Antonio took us through the process of designing, building, testing and marketing the game, and gave us some of his thoughts and insights along the way. In particular, he noted that he hears a lot of talk about educational games, but rarely hears developers talk about game design. He sees a lot of products which ‘look like games’ but when you look deeper, very little thought has gone into the game mechanics or into encouraging replayability. Antonio’s test is whether kids want to play the game over and over again.

Another observation is that too many edugame makers don’t want to test their game. TYMTR went through extensive testing at prototype stage and then all along the way. The testing was all free because they worked with schools and in fact actually saved them a fortune in not wasting all their money on games that didn't work. People often use a lack of budget as a reason not to test but with many schools being open to setting up testing groups with educational app developers, there’s really not much excuse.

Some other insights from the talk:
User Interface for kids is a big concern. Antonio was very critical of phonics apps which require kids to be able to read instructions. TYMTR uses audio instruction to get past this problem. It’s also vital to have a very simple sign up and log in process for young kids, and this can often be a trade off with being able to collect and utilise data.
In addition, not all 4-5 year-olds are confident and adept with trackpad and mouse, scotching the digital natives idea somewhat!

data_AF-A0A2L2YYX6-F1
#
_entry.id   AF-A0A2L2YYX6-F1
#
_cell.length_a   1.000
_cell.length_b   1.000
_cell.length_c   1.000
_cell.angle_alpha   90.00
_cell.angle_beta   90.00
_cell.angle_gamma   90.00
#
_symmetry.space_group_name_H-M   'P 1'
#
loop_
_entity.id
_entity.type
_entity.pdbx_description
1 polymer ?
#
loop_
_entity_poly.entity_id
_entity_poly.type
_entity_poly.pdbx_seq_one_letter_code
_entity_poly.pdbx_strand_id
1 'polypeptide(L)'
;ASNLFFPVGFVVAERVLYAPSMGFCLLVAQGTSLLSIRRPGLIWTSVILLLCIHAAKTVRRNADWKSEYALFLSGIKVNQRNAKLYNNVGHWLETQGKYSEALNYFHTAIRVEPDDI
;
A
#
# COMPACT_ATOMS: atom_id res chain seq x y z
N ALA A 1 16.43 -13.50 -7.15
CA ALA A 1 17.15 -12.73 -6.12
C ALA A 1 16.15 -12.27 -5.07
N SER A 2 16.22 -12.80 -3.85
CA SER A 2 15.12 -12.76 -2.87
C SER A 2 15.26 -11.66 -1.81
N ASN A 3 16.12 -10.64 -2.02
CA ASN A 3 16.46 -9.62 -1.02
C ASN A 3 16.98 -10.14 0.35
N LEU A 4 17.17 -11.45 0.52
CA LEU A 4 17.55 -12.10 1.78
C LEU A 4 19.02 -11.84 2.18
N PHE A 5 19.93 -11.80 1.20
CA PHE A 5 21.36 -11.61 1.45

Antonio explained that TYMTR is deliberately built in Flash, rather than HTML5, and that this is still a good choice, at least until tablet devices become ubiquitous in schools (which may come as a relief to many of our Flash developer members!)

As far as marketing is concerned, Antonio explained that his team had utilised every marketing channel they could, including PR, social media, getting exposure on popular sites like Boing Boing, hiring a community manager, talking to teachers at education conferences. He stresses that marketing is a long, slow, laborious process, and also that marketing should be ‘baked into the product itself’ (e.g. when a child gets to a certain level in the game their parent gets an email encouraging them to tell all their friends about the game).

After the talk we split up into groups, each with a mentor specialising in a different aspect of game design and promotion. Each group discussed several different topics and then reported back at the end. A roundup of the results:

Teacher Dawn Hallybone’s group discussed what’s needed in the GameEd space and noted that the national curriculum is changing – developers need to be aware of the changes and design for them. Mozilla open badges were discussed (any experts in this want to come and tell the group – give us a shout). Dawn also advised not cold-calling schools and not approaching schools via head teachers. Find a tech-friendly teacher on Twitter first and approach them. Following the Thursday night #ukedchat hashtag is a good start.